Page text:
Want the best VCA there is? Connect the CCTV system to our brain!

brain-wiredToday a human being is filled out with the best in the world availliable VCA system. Our eyes see pritty good during day and night times and our brains will take care of a mostly perfect content analysis! The system works so good that rain, snow, leaves, flags, spotlights (dark/light), animals, crowling people etc et etc, is perfectly detected or filtered out!

Let’s be honest to eachother, Isn’t it true that we do not mention that leaves are moving when it is windy? Isn’t it true that we perfectly see the difference between a dog or a human beiing who behaves like a dog? Our human brain is developped to recognize these kind of situations. It is prepared to take care of dangerous situations and helps us to react as fast as we can on it. We know how smoke looks like and we know that we have to take care of it.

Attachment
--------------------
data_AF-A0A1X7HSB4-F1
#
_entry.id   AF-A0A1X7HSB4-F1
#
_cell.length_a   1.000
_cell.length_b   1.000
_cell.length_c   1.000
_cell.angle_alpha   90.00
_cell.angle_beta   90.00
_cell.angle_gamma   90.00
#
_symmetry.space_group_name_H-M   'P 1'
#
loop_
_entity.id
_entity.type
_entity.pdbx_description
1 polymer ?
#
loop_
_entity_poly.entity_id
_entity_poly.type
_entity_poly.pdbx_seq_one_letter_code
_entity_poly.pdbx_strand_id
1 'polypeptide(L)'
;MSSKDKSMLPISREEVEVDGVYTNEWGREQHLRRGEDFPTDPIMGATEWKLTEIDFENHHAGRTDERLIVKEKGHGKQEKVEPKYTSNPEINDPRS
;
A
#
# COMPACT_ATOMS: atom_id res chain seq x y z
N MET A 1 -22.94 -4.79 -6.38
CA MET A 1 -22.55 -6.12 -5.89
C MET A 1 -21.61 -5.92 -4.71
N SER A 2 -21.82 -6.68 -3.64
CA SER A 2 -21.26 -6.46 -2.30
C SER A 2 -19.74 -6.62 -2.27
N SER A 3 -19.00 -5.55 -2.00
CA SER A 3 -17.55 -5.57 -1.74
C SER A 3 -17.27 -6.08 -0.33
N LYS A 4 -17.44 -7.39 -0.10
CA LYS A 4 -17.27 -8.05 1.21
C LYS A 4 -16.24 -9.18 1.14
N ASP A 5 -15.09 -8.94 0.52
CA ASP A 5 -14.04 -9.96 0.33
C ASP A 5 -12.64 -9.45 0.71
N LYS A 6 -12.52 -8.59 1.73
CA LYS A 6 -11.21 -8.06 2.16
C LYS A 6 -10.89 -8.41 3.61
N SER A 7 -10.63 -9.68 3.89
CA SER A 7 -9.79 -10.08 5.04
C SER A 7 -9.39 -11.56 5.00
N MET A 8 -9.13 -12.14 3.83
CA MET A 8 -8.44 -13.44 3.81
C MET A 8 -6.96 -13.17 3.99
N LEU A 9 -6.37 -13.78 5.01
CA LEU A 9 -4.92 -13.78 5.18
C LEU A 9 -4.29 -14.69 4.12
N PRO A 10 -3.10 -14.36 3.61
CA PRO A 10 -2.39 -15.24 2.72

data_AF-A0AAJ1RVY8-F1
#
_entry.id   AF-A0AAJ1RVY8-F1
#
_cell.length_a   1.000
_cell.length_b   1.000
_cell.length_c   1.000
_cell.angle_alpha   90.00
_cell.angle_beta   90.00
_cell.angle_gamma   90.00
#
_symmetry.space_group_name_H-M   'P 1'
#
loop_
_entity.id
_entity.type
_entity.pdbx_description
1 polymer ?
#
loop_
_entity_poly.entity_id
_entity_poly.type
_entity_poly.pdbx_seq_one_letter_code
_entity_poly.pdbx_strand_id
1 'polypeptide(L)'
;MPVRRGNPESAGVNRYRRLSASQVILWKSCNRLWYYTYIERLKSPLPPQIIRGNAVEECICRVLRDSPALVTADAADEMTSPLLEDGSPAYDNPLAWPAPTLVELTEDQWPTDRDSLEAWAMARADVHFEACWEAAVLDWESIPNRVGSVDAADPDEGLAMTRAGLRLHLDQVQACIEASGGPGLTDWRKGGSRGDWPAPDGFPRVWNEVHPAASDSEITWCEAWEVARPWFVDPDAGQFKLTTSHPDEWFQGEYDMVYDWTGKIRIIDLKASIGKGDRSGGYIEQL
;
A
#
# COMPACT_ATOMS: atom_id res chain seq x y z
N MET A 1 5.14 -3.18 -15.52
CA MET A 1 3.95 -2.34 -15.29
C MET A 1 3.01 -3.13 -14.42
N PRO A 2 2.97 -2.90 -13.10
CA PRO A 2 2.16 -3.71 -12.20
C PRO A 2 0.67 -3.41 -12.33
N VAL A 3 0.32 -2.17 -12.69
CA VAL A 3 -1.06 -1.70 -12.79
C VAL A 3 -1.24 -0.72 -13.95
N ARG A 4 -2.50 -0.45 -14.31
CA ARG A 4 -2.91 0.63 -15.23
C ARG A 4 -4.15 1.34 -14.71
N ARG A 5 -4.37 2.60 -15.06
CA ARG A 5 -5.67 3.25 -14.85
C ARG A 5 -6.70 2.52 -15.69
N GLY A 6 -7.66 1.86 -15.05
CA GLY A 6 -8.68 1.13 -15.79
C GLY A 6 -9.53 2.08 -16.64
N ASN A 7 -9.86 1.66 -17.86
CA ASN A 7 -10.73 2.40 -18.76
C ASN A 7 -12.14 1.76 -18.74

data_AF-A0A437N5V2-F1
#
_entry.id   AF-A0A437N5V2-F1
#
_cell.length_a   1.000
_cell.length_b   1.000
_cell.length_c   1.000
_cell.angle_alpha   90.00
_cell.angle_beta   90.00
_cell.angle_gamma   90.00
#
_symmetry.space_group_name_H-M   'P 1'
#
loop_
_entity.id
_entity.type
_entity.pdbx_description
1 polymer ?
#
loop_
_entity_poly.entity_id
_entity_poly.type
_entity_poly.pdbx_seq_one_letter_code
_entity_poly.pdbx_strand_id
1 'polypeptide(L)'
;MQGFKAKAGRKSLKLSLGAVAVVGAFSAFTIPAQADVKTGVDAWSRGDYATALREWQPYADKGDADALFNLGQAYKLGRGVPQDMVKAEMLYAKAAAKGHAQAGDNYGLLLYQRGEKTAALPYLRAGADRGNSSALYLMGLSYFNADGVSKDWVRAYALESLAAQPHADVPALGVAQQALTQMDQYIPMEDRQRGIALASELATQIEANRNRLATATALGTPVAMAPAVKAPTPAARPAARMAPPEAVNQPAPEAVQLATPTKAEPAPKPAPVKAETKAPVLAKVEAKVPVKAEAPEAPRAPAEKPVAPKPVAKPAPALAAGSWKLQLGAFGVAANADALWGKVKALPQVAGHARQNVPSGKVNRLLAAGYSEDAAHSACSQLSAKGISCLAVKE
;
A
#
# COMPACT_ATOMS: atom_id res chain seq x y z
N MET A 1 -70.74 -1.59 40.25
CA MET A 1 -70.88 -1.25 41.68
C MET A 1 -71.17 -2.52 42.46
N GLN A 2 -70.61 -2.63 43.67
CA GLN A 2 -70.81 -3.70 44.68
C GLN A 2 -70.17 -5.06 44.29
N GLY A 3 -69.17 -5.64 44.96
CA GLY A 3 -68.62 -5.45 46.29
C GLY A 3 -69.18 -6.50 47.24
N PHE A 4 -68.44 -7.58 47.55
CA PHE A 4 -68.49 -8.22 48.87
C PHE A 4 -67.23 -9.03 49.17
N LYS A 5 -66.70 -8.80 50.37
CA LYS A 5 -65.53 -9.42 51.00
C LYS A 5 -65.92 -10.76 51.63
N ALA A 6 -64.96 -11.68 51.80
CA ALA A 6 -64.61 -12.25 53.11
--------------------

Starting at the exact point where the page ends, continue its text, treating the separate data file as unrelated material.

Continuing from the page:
Imagine that we could connect our today’s CCTV systems on a human brain. We then would have simply the best VCA system there is in relation to the today’s on the market availiable Day/Night CCTV systems. In Lausanne (Swiss) the Blue Brain project is located. This project is based on a human brain replica. Within 10 years, the project leader expects that the replica brain is ready and will function. Nowadays to represent the total human brain, we need a capacity of 12 football fields filled out with super computers and a huge amount of power…

Funny isn’t it that the best VCA system is as big as a football and only needs a sandwich with peanut butter 😉

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4 Responses to “Want the best VCA there is? Connect the CCTV system to our brain!”

  1. Chris Boyce Says:

    Norbert,

    You are right, the human body in general, and the brain in particular, are wonderful things. Evolution is a slow but very effective new product development strategy!